The systems metamodel can assist with documenting operational scenarios by using the Operational Activity class to identify behavior of external parties as they interact with the system of interest and how they interact amongst each other. Operational Activities are a behavioral class and can be described just as we would system functions, by depicting a flow of activities and an exchange of information or resources, as depicted in the following scenarios for driving and occupying a car.
Based on the understanding and insight we gain through the operational use of the system, we can update and refine the operational objectives for the system of interest that we identified earlier.
The Operational Context
While analyzing operations, we should also give thought to the system boundary. Of all the stakeholders that interoperate to perform a mission, how do we combine or partition the set to identify a system for implementation? We can form a boundary physically by identifying which of the external parties interface to the system of interest, and which will be considered part of the system of interest.
We can identify the operational boundary physically using the Operational Node class (aliased now to Performer) and Needlines from the systems metamodel to effectively depict an operational context, as shown below visualizing how a Driver and Passengers interact as external parties with the automobile.
We can also identify the operational boundary behaviorally using a new set of Operational Activities and Operational Items (mutually exclusive of those used to define the operational scenarios) to model operational behavior intended for the system of interest. A notional behavior model for the automobile is depicted below showing how the external parties interact with the automobile to occupy and drive the vehicle. We use these system-related activities to motivate the creation of operational requirements.
The product of an operational analysis is a set of operational requirements. Operational requirements represent the required improvements to operations, or outcomes, envisioned with the introduction of the new system. They are first captured by the identification of operational outcomes, but are ultimately defined by the activities implied for the systems as discovered via the operational scenarios.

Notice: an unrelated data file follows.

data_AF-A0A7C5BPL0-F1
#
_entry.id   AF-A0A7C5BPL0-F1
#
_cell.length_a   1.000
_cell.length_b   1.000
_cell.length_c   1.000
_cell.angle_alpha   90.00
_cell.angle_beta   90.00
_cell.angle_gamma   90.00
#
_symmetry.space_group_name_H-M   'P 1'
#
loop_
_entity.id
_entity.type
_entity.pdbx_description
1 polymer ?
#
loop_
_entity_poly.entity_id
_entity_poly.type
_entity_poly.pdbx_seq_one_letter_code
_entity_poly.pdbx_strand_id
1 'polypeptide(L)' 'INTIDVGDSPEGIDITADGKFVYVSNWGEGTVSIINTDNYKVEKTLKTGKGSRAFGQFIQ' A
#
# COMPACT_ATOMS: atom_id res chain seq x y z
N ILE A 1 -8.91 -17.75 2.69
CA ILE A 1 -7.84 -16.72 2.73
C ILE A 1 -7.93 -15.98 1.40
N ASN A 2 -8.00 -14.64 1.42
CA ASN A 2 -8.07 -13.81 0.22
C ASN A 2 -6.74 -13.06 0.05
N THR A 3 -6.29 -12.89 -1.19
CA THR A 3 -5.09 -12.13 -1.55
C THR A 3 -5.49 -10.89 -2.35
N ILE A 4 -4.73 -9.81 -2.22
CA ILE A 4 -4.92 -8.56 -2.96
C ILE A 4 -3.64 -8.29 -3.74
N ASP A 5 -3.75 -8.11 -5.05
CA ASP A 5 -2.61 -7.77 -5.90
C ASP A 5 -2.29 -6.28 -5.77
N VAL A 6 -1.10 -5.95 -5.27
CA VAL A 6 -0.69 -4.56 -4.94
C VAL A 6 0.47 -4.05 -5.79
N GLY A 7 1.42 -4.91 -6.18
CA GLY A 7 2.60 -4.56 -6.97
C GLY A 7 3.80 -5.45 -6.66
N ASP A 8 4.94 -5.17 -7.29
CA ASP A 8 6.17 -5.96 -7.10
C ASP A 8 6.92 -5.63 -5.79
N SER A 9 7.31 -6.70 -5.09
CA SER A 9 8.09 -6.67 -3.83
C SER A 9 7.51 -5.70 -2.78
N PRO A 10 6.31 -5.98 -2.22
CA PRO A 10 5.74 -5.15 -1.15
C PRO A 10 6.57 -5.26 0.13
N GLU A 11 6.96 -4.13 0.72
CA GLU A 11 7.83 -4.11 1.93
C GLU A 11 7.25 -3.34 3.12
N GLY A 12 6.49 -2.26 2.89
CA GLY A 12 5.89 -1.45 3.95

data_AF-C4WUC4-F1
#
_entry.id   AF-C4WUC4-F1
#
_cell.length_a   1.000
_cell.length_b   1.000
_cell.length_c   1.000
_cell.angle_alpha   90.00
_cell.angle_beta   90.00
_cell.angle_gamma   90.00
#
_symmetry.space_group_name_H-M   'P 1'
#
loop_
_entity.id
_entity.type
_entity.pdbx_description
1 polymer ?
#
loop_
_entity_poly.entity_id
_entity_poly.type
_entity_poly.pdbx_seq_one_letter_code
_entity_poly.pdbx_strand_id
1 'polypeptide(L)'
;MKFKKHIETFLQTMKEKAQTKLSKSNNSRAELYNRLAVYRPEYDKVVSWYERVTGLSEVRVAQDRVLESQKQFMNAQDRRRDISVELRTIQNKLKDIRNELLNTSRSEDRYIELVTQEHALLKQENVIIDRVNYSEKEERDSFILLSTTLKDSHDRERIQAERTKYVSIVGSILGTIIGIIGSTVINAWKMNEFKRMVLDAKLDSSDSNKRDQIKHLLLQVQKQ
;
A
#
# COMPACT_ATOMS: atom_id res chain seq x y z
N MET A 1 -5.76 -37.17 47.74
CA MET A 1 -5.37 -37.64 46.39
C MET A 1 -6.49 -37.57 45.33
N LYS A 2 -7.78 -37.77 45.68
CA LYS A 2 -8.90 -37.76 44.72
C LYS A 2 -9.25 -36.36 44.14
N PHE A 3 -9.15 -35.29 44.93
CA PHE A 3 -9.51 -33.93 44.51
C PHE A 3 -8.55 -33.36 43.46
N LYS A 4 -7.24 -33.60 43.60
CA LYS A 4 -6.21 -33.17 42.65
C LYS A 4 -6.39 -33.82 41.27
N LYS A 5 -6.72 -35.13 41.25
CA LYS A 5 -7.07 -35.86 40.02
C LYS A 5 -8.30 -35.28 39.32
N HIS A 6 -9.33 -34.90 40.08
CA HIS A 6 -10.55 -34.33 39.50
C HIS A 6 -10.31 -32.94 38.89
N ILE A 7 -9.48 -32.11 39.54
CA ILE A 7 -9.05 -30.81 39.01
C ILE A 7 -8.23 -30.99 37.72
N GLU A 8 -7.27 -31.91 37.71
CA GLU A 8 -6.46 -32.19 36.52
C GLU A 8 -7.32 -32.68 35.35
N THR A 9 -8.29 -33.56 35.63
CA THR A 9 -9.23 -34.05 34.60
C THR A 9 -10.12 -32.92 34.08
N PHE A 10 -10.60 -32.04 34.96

You can track operational requirements within the descriptions of the operational activities defined for the system in the previous step. Alternatively, you can track operational requirements as updates or refinements to the operational objectives continuing to use the Capability class from the systems metamodel, and the “refined by” relationship (depicted in the hierarchy below).
Tying it altogether
MBSE and the systems metamodel support the operational analysis process. MBSE provides the method, and the systems metamodel forms the framework. As specified in the metamodel below, Capabilities are the “basis of” Operational Activities, which are “performed by” Performers. Additionally, Capabilities specify Performers in the form of constraints. Operational Activities exchange Operational Items over Needlines.
The MBSE methodology can be leveraged as the systems design continues, so that engineers can view how elements of an eventual system design trace back to the operational objectives of the systems and ultimately to the needs of the users. Organizations that can capture this knowledge will be better positioned to develop products that will be successful operationally.